You're possibly in for quite a bit of code work here. To me it was very
rewarding (in a suduko kind of way) to get all these mechanisms working on
all OSes. I had a very good starting point in the SDR-Widget project,
without which I wouldn't have had much success.
Then the device code would be the best way to start. If this was my project
(and limited by what you have written), my angle of attack would be:
- Get the descriptors right, at first with only one sample rate. Use
Thesycon Descriptor Dump (or similar) to compare your work to >> 1 working
- Make a feedback endpoint which reports correctly formated data (but not
neccessarily correct data). Here you need to understand the XX.YY format
for rate reporting. The state machine I wrote has ways to simulate a
computer which ignores or won't understand the feedback endpoint. This is a
good place for you to understand the fb-ep.
- Make the state machine which calculates feedback data. The Audio-Widget
team put a lot of effort into this. It works on UAC1 and UAC2. Your state
machine should indicate buffer switching on GPIO pins. My code toggles GPIO
pins as the write pointer (sequential USB code) or read pointer (hardware
DMA) cross buffer addresses. Very-very-very useful as you study the
stability of your state machine.
- Expand the code to cover more more sample rates.
I wouldn't want to use this list to push products. But send me a pm if
you'd like to get the hardware on which the device code runs. Then you can
take working code and hardware as a starting point as you port stuff to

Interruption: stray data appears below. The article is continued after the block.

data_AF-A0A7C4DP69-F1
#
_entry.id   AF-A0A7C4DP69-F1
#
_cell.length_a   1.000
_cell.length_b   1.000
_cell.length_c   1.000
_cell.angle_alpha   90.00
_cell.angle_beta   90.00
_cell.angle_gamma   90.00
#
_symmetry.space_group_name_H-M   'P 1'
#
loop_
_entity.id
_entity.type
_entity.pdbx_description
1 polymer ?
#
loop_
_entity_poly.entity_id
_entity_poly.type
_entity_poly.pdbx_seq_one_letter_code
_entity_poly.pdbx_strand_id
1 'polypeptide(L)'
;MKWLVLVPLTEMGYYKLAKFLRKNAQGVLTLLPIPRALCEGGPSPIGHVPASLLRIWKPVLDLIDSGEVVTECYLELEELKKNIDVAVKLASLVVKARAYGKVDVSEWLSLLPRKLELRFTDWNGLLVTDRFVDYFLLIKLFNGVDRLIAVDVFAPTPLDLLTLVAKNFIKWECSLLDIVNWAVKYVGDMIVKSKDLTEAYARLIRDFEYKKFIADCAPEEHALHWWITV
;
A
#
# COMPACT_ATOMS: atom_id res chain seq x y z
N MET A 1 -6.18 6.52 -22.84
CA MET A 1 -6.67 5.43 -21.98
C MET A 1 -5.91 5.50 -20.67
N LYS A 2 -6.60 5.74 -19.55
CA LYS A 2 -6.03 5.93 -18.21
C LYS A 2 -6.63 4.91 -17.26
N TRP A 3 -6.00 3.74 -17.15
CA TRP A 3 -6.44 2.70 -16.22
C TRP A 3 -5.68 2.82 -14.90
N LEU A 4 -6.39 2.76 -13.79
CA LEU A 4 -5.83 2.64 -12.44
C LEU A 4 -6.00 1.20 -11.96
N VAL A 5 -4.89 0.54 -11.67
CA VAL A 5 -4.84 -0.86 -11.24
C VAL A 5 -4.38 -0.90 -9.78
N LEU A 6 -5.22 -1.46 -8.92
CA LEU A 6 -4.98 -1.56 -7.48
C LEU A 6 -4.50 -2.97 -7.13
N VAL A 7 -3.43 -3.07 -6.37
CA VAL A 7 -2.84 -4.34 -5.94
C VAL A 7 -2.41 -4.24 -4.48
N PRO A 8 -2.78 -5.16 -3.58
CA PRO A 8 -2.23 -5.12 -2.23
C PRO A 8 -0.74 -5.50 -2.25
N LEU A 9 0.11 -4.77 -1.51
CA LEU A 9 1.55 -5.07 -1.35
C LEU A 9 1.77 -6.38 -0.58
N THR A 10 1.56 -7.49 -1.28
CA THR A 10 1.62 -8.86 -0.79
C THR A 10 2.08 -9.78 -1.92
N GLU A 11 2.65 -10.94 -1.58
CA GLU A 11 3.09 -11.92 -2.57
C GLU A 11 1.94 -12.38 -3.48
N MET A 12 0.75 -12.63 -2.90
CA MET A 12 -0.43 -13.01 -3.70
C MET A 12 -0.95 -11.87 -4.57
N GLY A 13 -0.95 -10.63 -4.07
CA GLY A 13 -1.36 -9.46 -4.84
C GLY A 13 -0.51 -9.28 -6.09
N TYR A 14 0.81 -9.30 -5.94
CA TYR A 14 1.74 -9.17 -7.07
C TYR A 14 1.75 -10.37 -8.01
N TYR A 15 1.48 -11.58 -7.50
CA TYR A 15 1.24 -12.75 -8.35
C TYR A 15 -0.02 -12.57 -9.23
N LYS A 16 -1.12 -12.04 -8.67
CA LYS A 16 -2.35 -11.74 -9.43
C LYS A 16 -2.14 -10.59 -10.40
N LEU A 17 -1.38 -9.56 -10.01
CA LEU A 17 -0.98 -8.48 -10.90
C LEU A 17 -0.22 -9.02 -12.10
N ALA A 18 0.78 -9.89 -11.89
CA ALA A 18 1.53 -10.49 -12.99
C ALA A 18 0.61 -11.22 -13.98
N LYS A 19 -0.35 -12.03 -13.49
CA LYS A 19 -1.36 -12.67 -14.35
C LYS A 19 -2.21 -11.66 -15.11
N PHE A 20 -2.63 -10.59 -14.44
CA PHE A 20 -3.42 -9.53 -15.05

your own HW. Setting up the same build environment as I use for it will
take about a day.
On Mon, Feb 12, 2018 at 5:47 AM, Robert Bielik <Robert.Bielik@xxxxxxxxx>
Now, all of this is a lot of code and large projects to get an overviewof.
Perhaps you could tell us what you wish to achieve. Do you need improved
device or driver code?
Pretty much fix the linux UAC2 gadget to be USB 2.0 compliant, i.e.
provide a feedback ep for the OUT ep. Today this stops linux audio gadgets
from working in windows. They do however seem to work on Mac and Linux
(AFAIK), so I'm not sure how that works 😊
"Set the phase" = "define the speed" in this context.
On Sun, Feb 11, 2018 at 7:37 PM, Robert Bielik <Robert.Bielik@xxxxxxxxx
<mailto:Robert.Bielik@xxxxxxxxx> > wrote:
> If it is of any help: I work on an open source project with
UAC2 device and
> ASIO driver, both with audio OUT and feedback IN
endpoints. All functional.
It might be, do you have a link to that project ?
> AFAIK you can use an audio IN endpoint to set the phase as
an alternative to
> dedicated feedback IN.
Ok, don't really know what phase means in this context, but I'll
look it up 😊
> On Sunday, February 11, 2018, Robert Bielik
<mailto:Robert.Bielik@xxxxxxxxx> > > wrote:
> > Wait, never mind – I recognize that failing status code.
> usbaudio2.sys is
> > complaining that you have an asynchronous data OUT
> endpoint but it can’t
> > find a corresponding feedback endpoint.
> Thanks Matthew, that explains it. And this is, as of linux
> not implemented, there is no feedback endpoint defined in
the UAC2 gadget